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Taurine info

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Published: 15 years ago
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Taurine info

Taurine is an amino acid which plays a major role in the brain as an "inhibitory" neurotransmitter & neuromodulator. It is similiar in structure to the amino acids GABA & L-Glycine, which are also neuroinhibitory. This means it helps to calm or stabilize an excited brain.

Taurine stabilizes nerve cell membranes thus depressing the firing of brain cells & dampening the nerve cell action of the excitatory amino acids, glutamate, aspartate, & quinolinate.

Taurine acts by regulating the sodium & potassium concentration in the cells & the magnesium level between the cells. This has everything to do with the electrical activity of the cells & subsequent communication between cells.

By this mechanism, it has anti-anxiety & anti-convulsant activity. It has also been found useful in some cases of migraine, insomnia, agitation, restlessness, irritability, alcoholism, obsessions, depression, hypomania/mania.

Dosage is from 500 mg twice daily to a total of 5000 mg daily in 3-4 divided doses, though I rarely recommend that high a dose. The total ideal body pool of taurine for adults is 12,000- 18,000 mg.

Since taurine also affects the hypothalamus to help regulate body temperature, a higher dose can decrease your temperature & give chilliness, so be aware of that.

Taurine also plays a role in memory & increases the level of a memory neurotransmitter, acetylcholine, in the brain (in animal studies).

Taurine is highly concentrated in animal & fish protein or organ meats. Strict vegetarians can be at risk for taurine deficiency. Your body can make taurine in the liver & brain from the amino acids, L-Cysteine, & L-Methionine. Three enzymes are involved in the conversion, all requiring the pyridoxal-5-phosphate form of Vitamin B6 for this conversion. For more see A B6 deficiency can thus cause a taurine deficiency.

Some studies suggest humans are dependent upon dietary taurine to maintain "adequate" taurine reserves. Females tend toward lower taurine levels than males as their production pathways don't work as efficiently.

Taurine is closely bound to zinc & manganese so deficiencies of either of these can interfere with its' utilization. Likewise, zinc & manganese enhance the effects of taurine.

Taurine is the amino acid present in highest concentration of all amino acids in the fetal & newborn brain, which is the most dependent upon taurine & the least able to synthesize it.. The developing infant must derive taurine from the placenta, the newborn, from breast milk or taurine fortified formula. It is low in cow's milk. Taurine is essential for proper development of the central nervous system & the eyes. Nursing mothers especially need taurine as it stimulates prolactin to promote lactation, which is an interesting twist of nature, since infants need it so much. ( We could speculate that a mother unable to lactate may be taurine deficient, among other possibilites, & the infant is thus protected from receiving taurine deficient breast milk) Premature infants are especially prone to taurine deficiency.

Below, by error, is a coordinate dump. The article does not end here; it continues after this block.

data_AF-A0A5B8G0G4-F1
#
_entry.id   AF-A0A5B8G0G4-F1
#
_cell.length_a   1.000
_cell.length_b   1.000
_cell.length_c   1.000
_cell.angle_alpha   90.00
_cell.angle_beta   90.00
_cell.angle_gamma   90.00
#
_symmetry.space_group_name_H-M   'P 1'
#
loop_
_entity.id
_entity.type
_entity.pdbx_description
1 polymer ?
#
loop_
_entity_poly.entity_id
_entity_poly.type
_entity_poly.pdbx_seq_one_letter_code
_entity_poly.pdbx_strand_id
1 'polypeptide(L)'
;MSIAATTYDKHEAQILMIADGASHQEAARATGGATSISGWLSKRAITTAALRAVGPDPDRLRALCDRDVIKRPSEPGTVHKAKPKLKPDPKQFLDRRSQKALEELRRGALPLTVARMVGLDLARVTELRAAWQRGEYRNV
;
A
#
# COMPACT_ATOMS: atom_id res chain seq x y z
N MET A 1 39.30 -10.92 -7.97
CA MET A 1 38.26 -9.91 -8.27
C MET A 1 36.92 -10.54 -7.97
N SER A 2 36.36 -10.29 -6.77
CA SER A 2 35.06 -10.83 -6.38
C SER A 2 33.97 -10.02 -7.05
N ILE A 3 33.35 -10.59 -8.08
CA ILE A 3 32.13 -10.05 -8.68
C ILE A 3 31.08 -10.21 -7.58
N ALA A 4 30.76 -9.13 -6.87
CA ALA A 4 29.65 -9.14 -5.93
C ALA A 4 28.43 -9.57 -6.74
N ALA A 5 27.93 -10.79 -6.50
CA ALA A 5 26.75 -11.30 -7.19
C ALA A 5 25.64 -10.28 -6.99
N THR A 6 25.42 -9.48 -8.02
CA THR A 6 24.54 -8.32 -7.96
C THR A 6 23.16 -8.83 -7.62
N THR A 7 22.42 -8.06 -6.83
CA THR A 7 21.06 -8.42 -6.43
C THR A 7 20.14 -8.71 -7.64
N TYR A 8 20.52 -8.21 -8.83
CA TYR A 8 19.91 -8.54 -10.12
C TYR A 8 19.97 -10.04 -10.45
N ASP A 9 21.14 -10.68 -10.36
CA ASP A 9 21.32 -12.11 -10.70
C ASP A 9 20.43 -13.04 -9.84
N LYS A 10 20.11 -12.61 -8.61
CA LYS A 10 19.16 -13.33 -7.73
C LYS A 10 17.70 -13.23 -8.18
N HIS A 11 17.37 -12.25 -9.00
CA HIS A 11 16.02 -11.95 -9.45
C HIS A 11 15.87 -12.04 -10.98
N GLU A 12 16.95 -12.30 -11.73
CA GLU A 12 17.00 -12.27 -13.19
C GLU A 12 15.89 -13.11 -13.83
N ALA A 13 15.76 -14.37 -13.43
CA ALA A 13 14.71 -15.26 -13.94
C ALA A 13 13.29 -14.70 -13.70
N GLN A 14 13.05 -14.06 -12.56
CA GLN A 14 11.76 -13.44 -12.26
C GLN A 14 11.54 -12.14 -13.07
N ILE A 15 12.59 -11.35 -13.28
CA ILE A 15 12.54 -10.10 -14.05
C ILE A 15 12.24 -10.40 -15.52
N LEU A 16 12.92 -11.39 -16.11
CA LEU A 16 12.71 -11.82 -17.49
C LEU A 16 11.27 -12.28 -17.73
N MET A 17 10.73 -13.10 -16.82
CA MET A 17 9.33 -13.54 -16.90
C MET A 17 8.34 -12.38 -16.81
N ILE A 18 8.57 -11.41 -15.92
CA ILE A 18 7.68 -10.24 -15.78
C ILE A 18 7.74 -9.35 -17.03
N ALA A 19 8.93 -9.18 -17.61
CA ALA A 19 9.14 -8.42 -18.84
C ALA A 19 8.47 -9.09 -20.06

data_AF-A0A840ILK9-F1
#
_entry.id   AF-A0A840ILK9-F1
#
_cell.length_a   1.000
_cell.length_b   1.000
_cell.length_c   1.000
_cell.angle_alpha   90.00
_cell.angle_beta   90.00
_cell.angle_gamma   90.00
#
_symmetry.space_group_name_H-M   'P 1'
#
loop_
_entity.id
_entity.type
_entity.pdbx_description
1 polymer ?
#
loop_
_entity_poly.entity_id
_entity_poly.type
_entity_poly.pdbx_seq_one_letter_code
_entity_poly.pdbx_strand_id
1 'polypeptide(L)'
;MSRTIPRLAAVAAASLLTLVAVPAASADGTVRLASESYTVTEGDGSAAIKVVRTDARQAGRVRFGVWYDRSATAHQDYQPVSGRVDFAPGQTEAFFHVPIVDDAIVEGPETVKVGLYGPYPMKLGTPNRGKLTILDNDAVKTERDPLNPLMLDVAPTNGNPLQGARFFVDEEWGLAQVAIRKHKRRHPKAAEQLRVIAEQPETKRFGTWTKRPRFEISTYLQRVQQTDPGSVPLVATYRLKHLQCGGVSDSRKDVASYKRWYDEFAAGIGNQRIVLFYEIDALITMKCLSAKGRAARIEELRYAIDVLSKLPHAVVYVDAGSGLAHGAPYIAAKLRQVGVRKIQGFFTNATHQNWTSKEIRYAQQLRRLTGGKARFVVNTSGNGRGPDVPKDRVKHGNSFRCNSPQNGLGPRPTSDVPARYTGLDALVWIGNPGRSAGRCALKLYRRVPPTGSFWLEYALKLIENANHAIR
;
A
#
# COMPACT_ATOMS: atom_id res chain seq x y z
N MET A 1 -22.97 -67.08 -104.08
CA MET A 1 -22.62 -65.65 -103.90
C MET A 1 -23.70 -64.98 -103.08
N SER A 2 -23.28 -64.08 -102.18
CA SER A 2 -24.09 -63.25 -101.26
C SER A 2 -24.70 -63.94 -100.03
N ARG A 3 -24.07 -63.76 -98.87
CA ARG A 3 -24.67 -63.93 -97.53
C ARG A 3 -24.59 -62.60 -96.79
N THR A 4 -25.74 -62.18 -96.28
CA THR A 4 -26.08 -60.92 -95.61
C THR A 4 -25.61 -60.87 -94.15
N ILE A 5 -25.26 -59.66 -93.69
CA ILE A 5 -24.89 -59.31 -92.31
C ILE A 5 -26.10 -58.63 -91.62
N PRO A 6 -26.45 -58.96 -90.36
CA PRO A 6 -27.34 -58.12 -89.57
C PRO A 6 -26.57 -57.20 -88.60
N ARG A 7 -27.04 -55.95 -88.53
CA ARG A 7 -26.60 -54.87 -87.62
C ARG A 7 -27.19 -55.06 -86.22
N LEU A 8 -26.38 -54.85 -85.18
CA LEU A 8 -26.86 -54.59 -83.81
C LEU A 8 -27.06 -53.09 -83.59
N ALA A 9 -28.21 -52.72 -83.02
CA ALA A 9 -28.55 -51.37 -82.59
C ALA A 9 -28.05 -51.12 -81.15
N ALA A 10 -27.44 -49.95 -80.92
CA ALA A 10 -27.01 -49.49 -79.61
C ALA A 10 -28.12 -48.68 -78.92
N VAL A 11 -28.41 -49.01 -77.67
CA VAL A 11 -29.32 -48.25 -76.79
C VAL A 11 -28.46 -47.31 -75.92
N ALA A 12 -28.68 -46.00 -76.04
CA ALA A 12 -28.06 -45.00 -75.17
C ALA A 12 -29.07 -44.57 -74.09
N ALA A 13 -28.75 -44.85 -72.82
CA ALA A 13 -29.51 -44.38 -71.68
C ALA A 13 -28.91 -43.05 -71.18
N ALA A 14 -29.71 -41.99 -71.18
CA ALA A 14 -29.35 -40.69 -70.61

MSG can decrease taurine. Trauma, surgery, radiation therapy, burns, muscle diseases, steroid use, intestinal dysfunction with bacterial overgrowth of the small bowel can all lead to excess loss of taurine in the urine & subsequent deficiency.

The medications Thorazine (a major tranquilizer) & Chloroquine (an antimalarial) can reduce taurine levels. Some depressed patients have decreased taurine.

EYES: It is in high concentration in the eyes where it has multiple functions to maintain normal retinal structure & function. Depletion leads to degeneration of the photoreceptor cells. Degenerative changes in the retinas of taurine deficient cats & dogs resemble retinitis pigmentosa. Taurine may be helpful in preventing cataracts. Age related macular degeneration has responded favorably to "injected" taurine as reported by American Biologics Mexico Hospital.

CARDIOVASCULAR: Taurine is the most abundant amino acid in the heart, a particularly electrically excitable tissue, as are the brain & eye. Since taurine participates in electrical stabilization of the cell membranes & the normal regulation of nerve-muscle interaction, it is useful in heart irregularities & mitral valve prolapse, acting similarly to a calcium channel blocker (a class of drugs used in CV Disease) Taurine also helps control high blood pressure & is useful in congestive heart failure.

DIABETES: Taurine affects carbohydrate metabolism. It potentiates the effect of insulin, enhances glucose utilization & glycogen (stored glucose) synthesis.

FAT METABOLISM: Taurine reduces cholesterol by forming bile acids which are the end products of cholesterol breakdown & are the only route for eliminating cholesterol from the body. This action requires a functioning gall bladder. Taurine has an inhibitory effect on the formation of cholesterol gall stones. It is required for efficient fat absorption & solubilization. It is helpful in states of fat malabsorption such as with cystic fibrosis & other pancreatic deficiency syndromes.

DETOXIFICATION: Taurine conjugates & detoxifies various internal & external toxic compounds & may help chemical sensitivities.

ANTIOXIDANT: Taurine plays a major role in protecting cell membranes from oxidative attack.

STRESS: It can inhibit the release of adrenalin & thus help with anxiety in this way, as well as protecting from other adverse effects of too much adrenalin.

MISC: Acts as an immune stimulant to increase Natural Killer Cell Activity & Interleukin 2. Controls cell volume & osmolality. Is involved in the regulation of iron metabolism. Modulates levels of serum copper.



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